Link to FacebookLink to InstagramLink to TwitterLink to Youtube

Greece Is The Cradle of Democracy - Will It Be The Cradle of UBI Implementation Too?

March 6, 2021

Greece is unfortunately well known as the European country that suffered most from the financial crisis in 2008. Despite the promising development in 2018 it still has not yet recovered fully. In this vulnerability the pandemic hits hard again.

The minimization of social benefits, the bad outlook on the labour market (unemployment rate of 16%) and the breakdown of the tourism triggered the downwards trend of the GDP in 2020 with approx. -11% in the third quarter of 2020 compared to the same period in 2019.[1]

How do the Greeks cope with these challenges? How are his ideas followed up by the population or by political parties?

These and other questions are answered by Olga Pateraki, national coordinator for the ECI in Greece, activist with the Humanist Movement and journalist for Pressenza.

How is the situation regarding social benefits in your country? Why would your country need the UBI?

Olga: In Greece, there are plenty different social benefits including the minimum guarantee income which EU promotes, all of them with a lot of conditions, for a very specific amount of time, not high enough to overcome poverty and some for certain amount of people or even households instead of individuals. They are the exact opposite of UBI, keeping people in poverty and sustaining inequalities.

Since 2010 with the financial crisis and the entry of the country under supervision from the European institutions, Greece had very little control over its financial policies with huge cuts in most sectors resulting in reduced income or even impoverishment of the majority of the population and a degraded social state. The pandemic has accelerated this phenomena once again. I believe UBI along with the strengthening of other public goods and services and human rights are the answer to face these issues.[2]

How do people feel about the idea of an Unconditional Basic Income? Is there a broad knowledge regarding UBI among the population?

Olga: More and more people are starting to hear about UBI in the last years, especially during the pandemic. But still, the idea of UBI, its potential benefits and its transformative aspects are relatively unknown to the majority. In my experience, most people that are learning about UBI are exited, but of course there is also a lot of scepticism since it is such a new idea and topples old and strong values that are still present.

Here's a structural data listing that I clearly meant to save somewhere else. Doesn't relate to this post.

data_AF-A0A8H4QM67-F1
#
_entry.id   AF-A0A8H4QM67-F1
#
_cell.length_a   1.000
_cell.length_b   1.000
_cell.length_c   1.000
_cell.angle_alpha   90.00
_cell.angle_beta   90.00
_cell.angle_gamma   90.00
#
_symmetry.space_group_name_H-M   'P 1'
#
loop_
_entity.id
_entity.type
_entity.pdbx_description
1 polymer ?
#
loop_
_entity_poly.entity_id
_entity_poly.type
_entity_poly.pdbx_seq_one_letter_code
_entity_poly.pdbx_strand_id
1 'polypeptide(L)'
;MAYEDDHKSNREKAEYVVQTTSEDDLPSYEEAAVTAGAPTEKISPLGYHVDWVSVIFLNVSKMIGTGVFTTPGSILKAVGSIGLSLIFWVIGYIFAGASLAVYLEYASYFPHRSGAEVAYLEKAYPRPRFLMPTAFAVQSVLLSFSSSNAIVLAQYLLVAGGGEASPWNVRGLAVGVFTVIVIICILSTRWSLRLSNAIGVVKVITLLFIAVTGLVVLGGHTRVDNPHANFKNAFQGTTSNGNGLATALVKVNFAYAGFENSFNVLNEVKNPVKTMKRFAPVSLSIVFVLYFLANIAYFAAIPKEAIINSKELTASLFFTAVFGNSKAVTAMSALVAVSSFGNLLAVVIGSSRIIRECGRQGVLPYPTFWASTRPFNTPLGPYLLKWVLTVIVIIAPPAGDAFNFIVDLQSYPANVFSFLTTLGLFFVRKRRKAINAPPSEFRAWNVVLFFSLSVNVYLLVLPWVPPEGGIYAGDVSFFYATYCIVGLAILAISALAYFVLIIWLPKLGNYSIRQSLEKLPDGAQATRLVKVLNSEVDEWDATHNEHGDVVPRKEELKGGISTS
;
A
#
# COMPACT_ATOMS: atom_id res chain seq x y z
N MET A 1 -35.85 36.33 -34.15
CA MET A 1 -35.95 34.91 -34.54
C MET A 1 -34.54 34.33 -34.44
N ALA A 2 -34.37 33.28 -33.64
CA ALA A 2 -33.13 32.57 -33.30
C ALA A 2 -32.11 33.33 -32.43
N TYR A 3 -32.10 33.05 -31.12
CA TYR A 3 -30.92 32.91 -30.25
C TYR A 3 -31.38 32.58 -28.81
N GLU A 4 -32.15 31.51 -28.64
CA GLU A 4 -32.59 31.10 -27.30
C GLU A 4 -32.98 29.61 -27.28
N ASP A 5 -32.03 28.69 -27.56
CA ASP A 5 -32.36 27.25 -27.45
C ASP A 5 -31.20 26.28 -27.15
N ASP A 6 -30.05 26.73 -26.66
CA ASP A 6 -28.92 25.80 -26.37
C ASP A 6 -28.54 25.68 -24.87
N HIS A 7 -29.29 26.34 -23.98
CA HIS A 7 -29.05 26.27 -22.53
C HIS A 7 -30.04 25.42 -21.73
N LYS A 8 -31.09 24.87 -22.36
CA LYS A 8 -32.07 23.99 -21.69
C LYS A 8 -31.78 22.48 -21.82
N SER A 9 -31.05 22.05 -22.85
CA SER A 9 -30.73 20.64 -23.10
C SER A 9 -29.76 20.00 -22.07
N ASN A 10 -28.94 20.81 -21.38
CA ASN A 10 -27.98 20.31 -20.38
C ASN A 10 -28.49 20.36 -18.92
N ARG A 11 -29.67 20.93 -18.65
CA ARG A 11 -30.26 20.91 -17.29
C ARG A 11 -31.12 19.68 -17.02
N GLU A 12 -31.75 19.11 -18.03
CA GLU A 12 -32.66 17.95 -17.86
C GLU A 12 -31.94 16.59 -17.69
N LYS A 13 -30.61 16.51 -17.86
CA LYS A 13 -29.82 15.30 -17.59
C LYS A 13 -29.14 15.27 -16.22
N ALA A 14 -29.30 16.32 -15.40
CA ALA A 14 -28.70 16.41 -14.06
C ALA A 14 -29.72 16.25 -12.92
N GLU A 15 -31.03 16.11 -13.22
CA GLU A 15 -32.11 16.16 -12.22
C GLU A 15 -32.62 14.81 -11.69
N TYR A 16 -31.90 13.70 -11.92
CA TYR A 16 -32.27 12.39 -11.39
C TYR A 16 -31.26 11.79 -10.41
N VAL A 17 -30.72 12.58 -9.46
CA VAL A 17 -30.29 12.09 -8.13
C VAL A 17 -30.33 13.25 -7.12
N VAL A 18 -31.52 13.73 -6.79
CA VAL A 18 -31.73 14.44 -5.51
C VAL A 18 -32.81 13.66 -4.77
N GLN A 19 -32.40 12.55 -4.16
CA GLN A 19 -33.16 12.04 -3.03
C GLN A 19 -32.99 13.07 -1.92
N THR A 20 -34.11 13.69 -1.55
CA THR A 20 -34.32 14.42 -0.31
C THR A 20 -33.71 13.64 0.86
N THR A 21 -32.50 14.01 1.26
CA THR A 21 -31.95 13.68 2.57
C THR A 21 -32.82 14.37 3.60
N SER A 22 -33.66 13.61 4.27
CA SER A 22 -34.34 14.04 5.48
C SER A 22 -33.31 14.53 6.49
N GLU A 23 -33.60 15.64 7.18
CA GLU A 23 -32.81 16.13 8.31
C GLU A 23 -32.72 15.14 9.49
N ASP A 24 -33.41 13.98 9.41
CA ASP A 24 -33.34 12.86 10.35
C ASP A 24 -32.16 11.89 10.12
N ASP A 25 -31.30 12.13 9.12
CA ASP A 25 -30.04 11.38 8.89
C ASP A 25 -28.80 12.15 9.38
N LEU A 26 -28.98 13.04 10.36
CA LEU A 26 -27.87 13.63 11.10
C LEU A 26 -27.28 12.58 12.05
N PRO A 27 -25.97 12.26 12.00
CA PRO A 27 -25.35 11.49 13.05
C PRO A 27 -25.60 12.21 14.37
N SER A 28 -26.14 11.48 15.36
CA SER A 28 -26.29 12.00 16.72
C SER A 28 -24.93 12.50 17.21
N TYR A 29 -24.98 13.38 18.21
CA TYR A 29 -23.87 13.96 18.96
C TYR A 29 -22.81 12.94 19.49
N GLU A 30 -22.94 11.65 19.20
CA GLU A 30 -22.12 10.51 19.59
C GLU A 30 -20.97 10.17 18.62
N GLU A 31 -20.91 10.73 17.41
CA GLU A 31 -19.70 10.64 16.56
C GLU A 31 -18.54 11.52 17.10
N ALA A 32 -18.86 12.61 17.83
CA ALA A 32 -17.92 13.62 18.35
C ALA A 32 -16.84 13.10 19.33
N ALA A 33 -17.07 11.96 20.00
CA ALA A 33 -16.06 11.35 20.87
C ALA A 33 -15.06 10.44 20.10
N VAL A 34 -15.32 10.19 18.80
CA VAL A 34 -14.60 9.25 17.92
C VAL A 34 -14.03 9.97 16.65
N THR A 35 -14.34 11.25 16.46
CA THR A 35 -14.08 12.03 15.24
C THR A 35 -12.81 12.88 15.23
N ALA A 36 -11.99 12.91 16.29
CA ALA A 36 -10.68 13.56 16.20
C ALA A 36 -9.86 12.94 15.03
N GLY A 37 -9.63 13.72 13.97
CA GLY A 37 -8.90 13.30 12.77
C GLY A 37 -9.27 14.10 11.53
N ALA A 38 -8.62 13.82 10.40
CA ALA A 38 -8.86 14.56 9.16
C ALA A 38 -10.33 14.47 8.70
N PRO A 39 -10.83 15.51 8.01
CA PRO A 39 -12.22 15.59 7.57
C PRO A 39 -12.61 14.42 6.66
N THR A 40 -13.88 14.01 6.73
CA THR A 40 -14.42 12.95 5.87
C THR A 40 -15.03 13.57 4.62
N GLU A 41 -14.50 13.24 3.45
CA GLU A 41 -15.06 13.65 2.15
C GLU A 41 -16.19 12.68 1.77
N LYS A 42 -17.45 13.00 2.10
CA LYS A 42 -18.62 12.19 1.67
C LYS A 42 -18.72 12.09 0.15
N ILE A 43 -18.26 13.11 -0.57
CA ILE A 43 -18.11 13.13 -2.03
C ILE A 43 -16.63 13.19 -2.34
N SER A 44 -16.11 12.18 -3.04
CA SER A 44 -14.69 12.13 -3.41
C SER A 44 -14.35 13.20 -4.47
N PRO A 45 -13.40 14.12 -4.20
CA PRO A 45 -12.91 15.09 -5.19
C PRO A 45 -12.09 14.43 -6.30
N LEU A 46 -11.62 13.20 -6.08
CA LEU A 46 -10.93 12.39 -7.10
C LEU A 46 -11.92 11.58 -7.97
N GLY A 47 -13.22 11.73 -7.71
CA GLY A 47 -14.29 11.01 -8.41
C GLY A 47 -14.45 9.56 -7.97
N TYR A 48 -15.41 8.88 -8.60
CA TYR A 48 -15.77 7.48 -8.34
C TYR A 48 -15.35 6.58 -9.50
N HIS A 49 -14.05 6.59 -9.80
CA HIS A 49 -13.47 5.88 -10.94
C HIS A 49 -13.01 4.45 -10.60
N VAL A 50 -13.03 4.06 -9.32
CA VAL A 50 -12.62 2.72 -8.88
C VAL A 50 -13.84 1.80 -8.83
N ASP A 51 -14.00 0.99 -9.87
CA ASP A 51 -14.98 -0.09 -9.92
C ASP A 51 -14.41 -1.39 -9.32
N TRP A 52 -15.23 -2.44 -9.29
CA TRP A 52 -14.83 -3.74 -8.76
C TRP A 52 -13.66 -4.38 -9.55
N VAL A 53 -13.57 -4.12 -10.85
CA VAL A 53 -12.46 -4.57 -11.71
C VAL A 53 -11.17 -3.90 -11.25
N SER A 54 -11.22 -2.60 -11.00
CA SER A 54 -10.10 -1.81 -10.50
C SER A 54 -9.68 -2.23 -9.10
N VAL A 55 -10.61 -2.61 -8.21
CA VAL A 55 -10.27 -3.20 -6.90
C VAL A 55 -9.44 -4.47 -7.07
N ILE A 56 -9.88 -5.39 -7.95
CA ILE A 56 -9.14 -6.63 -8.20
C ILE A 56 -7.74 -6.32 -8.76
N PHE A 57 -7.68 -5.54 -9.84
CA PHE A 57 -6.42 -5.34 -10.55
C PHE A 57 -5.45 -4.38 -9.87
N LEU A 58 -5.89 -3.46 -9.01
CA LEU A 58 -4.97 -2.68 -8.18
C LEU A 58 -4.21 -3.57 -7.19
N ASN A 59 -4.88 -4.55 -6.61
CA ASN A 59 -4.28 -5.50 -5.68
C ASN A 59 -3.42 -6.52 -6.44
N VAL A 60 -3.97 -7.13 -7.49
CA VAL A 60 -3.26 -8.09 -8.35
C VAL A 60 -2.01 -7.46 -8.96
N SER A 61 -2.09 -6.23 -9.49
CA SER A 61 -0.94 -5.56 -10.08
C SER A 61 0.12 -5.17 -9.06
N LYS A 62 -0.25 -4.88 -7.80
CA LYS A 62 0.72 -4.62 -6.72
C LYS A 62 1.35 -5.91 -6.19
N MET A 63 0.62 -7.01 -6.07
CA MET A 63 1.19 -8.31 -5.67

Are political parties supporting the UBI? If yes, which ones and what is their motivation? (liberal/left wing)

Olga: DiEM25, currently in the Greek Parliament, is generally in favor of the idea of UBI with a very specific proposal for how it should be financed through the returns on all capital. Also, the Greens, not in the Greek Parliament, are proposing UBI in their political program. Both parties are in the left wing, supporting policies for more social equality and redistribution of wealth, but they are still, in my opinion, timid when advocating for UBI.
There is also think tank installed in the Nicos Poulantzas Institute, which is doing research on the UBI, Publication by Dimitris Karellas: Universal Basic Income – Part one: What it wants to be

How and also why are you involved in projects and activities promoting UBI?

Olga: I first heard about UBI while working for the international press agency Pressenza and I was really impressed by the idea. It was the first time I was hearing a practical solution to end poverty for good and offer more freedom to all. I got involved with UBI, at first, by writing and translating articles for the Greek edition of Pressenza, promoting our documentary on UBI and later participating in the European Citizens’ Initiative for Unconditional Basic Incomes throughout the EU with other advocates, forming a group in order to promote the petition and the idea of UBI in Greece.

Do you have one core sentence that explains your motivation or conviction?

Olga: UBI can be a step forward a society free of poverty, less inequalities and more freedom for the human beings to act towards the future, to clarify their purpose and to change any conditions that cause pain and suffering.

Thank you, Olga, for the update on the situation of UBI in Greece!

Some facts about Olga:
Your name:                      Olga Pateraki
You are living in:            Athens, Greece
Your age:                          36
Family status:                  single
Profession:                       currently unemployed, I am working in civil society organisations
Which is the one thing about you never ever would tell anybody? 😉
I aspire and work for personal and social transformation and that brings both joy and disappointment as it is chained with the process of all.

Olga in a mission at PIKPA Solidarity Refugee Camp in Lesbos

[1]; 2021-03-02

[2]; 2021-03-02

Other articles